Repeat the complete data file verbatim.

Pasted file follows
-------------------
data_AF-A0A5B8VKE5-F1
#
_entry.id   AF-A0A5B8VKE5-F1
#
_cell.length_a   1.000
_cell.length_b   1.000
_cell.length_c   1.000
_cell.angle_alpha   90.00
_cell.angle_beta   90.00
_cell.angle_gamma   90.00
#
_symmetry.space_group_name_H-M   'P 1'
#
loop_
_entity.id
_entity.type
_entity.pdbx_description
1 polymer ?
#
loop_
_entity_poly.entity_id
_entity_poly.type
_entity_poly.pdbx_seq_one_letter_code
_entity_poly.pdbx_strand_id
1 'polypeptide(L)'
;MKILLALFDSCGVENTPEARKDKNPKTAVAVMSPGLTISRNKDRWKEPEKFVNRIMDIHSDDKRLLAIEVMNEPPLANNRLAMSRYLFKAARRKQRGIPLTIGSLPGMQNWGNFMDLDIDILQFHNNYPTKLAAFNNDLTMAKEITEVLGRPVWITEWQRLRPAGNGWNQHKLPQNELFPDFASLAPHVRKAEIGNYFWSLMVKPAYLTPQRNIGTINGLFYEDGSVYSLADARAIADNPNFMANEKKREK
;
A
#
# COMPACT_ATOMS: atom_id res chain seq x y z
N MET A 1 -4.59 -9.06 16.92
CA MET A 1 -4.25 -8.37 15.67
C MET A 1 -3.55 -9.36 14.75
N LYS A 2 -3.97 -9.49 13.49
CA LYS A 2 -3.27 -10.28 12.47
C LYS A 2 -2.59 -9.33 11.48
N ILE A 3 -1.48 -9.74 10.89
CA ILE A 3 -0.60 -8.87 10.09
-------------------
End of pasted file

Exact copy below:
data_AF-A0A5B8VKE5-F1
#
_entry.id   AF-A0A5B8VKE5-F1
#
_cell.length_a   1.000
_cell.length_b   1.000
_cell.length_c   1.000
_cell.angle_alpha   90.00
_cell.angle_beta   90.00
_cell.angle_gamma   90.00
#
_symmetry.space_group_name_H-M   'P 1'
#
loop_
_entity.id
_entity.type
_entity.pdbx_description
1 polymer ?
#
loop_
_entity_poly.entity_id
_entity_poly.type
_entity_poly.pdbx_seq_one_letter_code
_entity_poly.pdbx_strand_id
1 'polypeptide(L)'
;MKILLALFDSCGVENTPEARKDKNPKTAVAVMSPGLTISRNKDRWKEPEKFVNRIMDIHSDDKRLLAIEVMNEPPLANNRLAMSRYLFKAARRKQRGIPLTIGSLPGMQNWGNFMDLDIDILQFHNNYPTKLAAFNNDLTMAKEITEVLGRPVWITEWQRLRPAGNGWNQHKLPQNELFPDFASLAPHVRKAEIGNYFWSLMVKPAYLTPQRNIGTINGLFYEDGSVYSLADARAIADNPNFMANEKKREK
;
A
#
# COMPACT_ATOMS: atom_id res chain seq x y z
N MET A 1 -4.59 -9.06 16.92
CA MET A 1 -4.25 -8.37 15.67
C MET A 1 -3.55 -9.36 14.75
N LYS A 2 -3.97 -9.49 13.49
CA LYS A 2 -3.27 -10.28 12.47
C LYS A 2 -2.59 -9.33 11.48
N ILE A 3 -1.48 -9.74 10.89
CA ILE A 3 -0.60 -8.87 10.09